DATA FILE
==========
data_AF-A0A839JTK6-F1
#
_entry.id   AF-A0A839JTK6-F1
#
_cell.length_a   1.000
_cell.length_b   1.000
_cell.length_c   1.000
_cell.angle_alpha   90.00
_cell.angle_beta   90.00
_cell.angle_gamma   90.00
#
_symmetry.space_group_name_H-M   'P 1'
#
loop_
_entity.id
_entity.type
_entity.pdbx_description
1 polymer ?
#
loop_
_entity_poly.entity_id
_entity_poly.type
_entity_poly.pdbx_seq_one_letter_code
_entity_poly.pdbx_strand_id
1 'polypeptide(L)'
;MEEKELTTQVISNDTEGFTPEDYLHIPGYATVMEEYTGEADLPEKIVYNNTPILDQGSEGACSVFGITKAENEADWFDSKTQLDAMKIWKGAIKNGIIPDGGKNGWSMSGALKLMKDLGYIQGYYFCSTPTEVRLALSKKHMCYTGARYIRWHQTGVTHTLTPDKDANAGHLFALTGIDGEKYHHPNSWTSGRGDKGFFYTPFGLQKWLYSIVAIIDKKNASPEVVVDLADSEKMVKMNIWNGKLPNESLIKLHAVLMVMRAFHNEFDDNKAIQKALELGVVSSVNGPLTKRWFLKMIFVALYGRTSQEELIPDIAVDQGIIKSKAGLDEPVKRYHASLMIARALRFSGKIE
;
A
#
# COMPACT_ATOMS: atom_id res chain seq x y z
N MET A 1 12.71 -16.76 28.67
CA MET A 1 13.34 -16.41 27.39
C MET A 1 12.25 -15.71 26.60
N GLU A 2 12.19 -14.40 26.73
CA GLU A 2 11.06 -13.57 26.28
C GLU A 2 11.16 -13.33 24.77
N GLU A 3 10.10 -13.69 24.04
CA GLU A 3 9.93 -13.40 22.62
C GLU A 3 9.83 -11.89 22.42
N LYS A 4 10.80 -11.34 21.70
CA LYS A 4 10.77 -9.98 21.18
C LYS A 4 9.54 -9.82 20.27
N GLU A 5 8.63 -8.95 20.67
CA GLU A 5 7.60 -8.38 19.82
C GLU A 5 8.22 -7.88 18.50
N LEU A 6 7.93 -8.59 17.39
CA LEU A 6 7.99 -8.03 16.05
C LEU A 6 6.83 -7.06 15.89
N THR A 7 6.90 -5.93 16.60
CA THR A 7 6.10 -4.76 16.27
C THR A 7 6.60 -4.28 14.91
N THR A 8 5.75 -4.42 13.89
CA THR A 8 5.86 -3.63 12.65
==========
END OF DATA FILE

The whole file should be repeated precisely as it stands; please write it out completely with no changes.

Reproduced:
data_AF-A0A839JTK6-F1
#
_entry.id   AF-A0A839JTK6-F1
#
_cell.length_a   1.000
_cell.length_b   1.000
_cell.length_c   1.000
_cell.angle_alpha   90.00
_cell.angle_beta   90.00
_cell.angle_gamma   90.00
#
_symmetry.space_group_name_H-M   'P 1'
#
loop_
_entity.id
_entity.type
_entity.pdbx_description
1 polymer ?
#
loop_
_entity_poly.entity_id
_entity_poly.type
_entity_poly.pdbx_seq_one_letter_code
_entity_poly.pdbx_strand_id
1 'polypeptide(L)'
;MEEKELTTQVISNDTEGFTPEDYLHIPGYATVMEEYTGEADLPEKIVYNNTPILDQGSEGACSVFGITKAENEADWFDSKTQLDAMKIWKGAIKNGIIPDGGKNGWSMSGALKLMKDLGYIQGYYFCSTPTEVRLALSKKHMCYTGARYIRWHQTGVTHTLTPDKDANAGHLFALTGIDGEKYHHPNSWTSGRGDKGFFYTPFGLQKWLYSIVAIIDKKNASPEVVVDLADSEKMVKMNIWNGKLPNESLIKLHAVLMVMRAFHNEFDDNKAIQKALELGVVSSVNGPLTKRWFLKMIFVALYGRTSQEELIPDIAVDQGIIKSKAGLDEPVKRYHASLMIARALRFSGKIE
;
A
#
# COMPACT_ATOMS: atom_id res chain seq x y z
N MET A 1 12.71 -16.76 28.67
CA MET A 1 13.34 -16.41 27.39
C MET A 1 12.25 -15.71 26.60
N GLU A 2 12.19 -14.40 26.73
CA GLU A 2 11.06 -13.57 26.28
C GLU A 2 11.16 -13.33 24.77
N GLU A 3 10.10 -13.69 24.04
CA GLU A 3 9.93 -13.40 22.62
C GLU A 3 9.83 -11.89 22.42
N LYS A 4 10.80 -11.34 21.70
CA LYS A 4 10.77 -9.98 21.18
C LYS A 4 9.54 -9.82 20.27
N GLU A 5 8.63 -8.95 20.67
CA GLU A 5 7.60 -8.38 19.82
C GLU A 5 8.22 -7.88 18.50
N LEU A 6 7.93 -8.59 17.39
CA LEU A 6 7.99 -8.03 16.05
C LEU A 6 6.83 -7.06 15.89
N THR A 7 6.90 -5.93 16.60
CA THR A 7 6.10 -4.76 16.27
C THR A 7 6.60 -4.28 14.91
N THR A 8 5.75 -4.42 13.89
CA THR A 8 5.86 -3.63 12.65